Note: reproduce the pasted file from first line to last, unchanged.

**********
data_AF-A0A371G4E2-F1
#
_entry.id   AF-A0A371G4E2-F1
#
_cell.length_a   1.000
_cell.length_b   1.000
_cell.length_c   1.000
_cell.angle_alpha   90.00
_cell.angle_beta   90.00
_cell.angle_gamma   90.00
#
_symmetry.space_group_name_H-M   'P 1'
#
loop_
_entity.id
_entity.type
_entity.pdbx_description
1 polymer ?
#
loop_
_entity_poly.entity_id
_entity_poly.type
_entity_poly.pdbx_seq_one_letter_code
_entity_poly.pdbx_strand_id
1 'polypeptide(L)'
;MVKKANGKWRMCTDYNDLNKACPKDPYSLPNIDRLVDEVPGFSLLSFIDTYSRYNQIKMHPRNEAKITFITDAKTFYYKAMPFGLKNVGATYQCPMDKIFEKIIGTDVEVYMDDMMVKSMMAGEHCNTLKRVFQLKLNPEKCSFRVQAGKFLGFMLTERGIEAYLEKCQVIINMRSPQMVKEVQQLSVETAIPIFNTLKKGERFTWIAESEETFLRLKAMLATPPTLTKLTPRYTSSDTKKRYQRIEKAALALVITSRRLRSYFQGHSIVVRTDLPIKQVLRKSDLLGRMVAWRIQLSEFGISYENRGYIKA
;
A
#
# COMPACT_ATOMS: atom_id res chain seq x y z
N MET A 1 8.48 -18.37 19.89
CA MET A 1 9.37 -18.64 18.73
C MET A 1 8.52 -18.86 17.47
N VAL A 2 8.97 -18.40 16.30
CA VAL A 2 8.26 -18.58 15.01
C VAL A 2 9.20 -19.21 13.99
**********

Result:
data_AF-A0A371G4E2-F1
#
_entry.id   AF-A0A371G4E2-F1
#
_cell.length_a   1.000
_cell.length_b   1.000
_cell.length_c   1.000
_cell.angle_alpha   90.00
_cell.angle_beta   90.00
_cell.angle_gamma   90.00
#
_symmetry.space_group_name_H-M   'P 1'
#
loop_
_entity.id
_entity.type
_entity.pdbx_description
1 polymer ?
#
loop_
_entity_poly.entity_id
_entity_poly.type
_entity_poly.pdbx_seq_one_letter_code
_entity_poly.pdbx_strand_id
1 'polypeptide(L)'
;MVKKANGKWRMCTDYNDLNKACPKDPYSLPNIDRLVDEVPGFSLLSFIDTYSRYNQIKMHPRNEAKITFITDAKTFYYKAMPFGLKNVGATYQCPMDKIFEKIIGTDVEVYMDDMMVKSMMAGEHCNTLKRVFQLKLNPEKCSFRVQAGKFLGFMLTERGIEAYLEKCQVIINMRSPQMVKEVQQLSVETAIPIFNTLKKGERFTWIAESEETFLRLKAMLATPPTLTKLTPRYTSSDTKKRYQRIEKAALALVITSRRLRSYFQGHSIVVRTDLPIKQVLRKSDLLGRMVAWRIQLSEFGISYENRGYIKA
;
A
#
# COMPACT_ATOMS: atom_id res chain seq x y z
N MET A 1 8.48 -18.37 19.89
CA MET A 1 9.37 -18.64 18.73
C MET A 1 8.52 -18.86 17.47
N VAL A 2 8.97 -18.40 16.30
CA VAL A 2 8.26 -18.58 15.01
C VAL A 2 9.20 -19.21 13.99